Pompier
    Every note wants to go somewhere-Kurt Rosenwinkel
  • Russell LetsonRussell Letson Prodigy
    Posts: 209
    Don't know why this didn't occur to me immediately: Fats Waller and His Rhythm (usually with Al Casey on guitar) occupies the same historical/musical/repertory space as early QHCF. Fats comes out of stride but his outfit swings just fine. And, yeah, Teddy Wilson. And Earl Hines. And you can hear it in Ellington's playing as well. And Monk, for that matter, though that might sort strangely with Hot Club material.

    To my ear, the center of swing remains dance. If you can imagine dancers, you've got the pulse. I can feel it here:



    Wim GlennBuco
  • PompierPompier MarylandNew Cigano GJ-15
    edited July 2018 Posts: 62
    The OP may not be looking here anymore, but it occurred to me that we have all made a glaring omission. Guitar, bass, piano, and vocals is precisely the format pioneered by Nat King Cole in the early trio recordings (one anthology of which runs to 16+ hours of playing time). To my mind Nat King Cole is perhaps the single most underrated pianist in jazz history. He's best known for playing simple things that sound great, but behind that understated perfection there was a truly formidable technique. Anyway, this aside aside, combining their general approach with elements of GJ could lead to something worthwhile.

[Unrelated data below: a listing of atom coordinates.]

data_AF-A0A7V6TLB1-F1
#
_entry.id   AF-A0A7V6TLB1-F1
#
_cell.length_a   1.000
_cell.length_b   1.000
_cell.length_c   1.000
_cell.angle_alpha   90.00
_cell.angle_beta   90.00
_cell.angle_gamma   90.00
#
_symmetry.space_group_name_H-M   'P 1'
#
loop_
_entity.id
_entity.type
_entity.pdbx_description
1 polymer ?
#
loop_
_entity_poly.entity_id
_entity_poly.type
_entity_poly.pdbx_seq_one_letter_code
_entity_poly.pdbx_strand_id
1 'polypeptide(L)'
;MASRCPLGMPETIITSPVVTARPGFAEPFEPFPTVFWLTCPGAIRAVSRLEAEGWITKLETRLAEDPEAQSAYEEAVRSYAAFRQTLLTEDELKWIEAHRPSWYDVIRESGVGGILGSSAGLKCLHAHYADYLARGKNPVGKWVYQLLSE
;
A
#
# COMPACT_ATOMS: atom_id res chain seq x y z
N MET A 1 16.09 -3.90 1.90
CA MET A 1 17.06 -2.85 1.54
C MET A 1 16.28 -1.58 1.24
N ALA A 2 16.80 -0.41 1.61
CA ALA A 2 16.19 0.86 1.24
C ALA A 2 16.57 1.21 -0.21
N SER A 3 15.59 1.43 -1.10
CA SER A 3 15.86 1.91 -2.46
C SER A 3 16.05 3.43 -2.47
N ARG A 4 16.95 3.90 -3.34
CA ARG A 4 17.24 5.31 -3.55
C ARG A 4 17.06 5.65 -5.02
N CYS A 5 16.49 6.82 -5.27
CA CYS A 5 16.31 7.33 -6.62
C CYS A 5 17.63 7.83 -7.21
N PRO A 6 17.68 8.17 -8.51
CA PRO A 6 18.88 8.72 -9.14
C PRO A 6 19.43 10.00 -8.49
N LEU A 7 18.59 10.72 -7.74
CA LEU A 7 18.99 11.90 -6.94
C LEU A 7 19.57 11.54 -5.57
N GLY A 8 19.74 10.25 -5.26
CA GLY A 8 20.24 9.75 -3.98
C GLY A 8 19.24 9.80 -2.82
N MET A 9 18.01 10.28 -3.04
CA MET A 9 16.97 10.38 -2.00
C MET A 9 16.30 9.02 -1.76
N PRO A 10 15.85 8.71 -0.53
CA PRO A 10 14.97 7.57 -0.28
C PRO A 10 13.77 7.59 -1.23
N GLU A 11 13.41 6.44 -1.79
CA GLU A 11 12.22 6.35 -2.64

Buco
  • Lango-DjangoLango-Django Niagara-On-The-Lake, ONModerator
    Posts: 1,311
    Some great suggestions here... and let's not forget Count Basie's All American rhythm section featuring the great Freddie Green on guitar... just ignore the drums!

    But full disclosure: Russell had me at "Fats Waller and his Rhythm"... what a great outfit that was!

    ************

    Eli, if this piano-bass-guitar format works out for you, you are a lucky guy, because that's the combination I've long yearned for... but our bass-guitar-clarinet/sax trio could never seem to find the right pianist.

    Good ones who like to play in this archaic style seem to be as scarce as rocking horse shit!
    I live in a little tourist town called Niagara-On-The-Lake, Ontario, Canada, which is about twenty miles north of Niagara Falls.

    If you are ever planning on visiting the beautiful Niagara area, feel free to PM me and perhaps we can get together and do some jamming.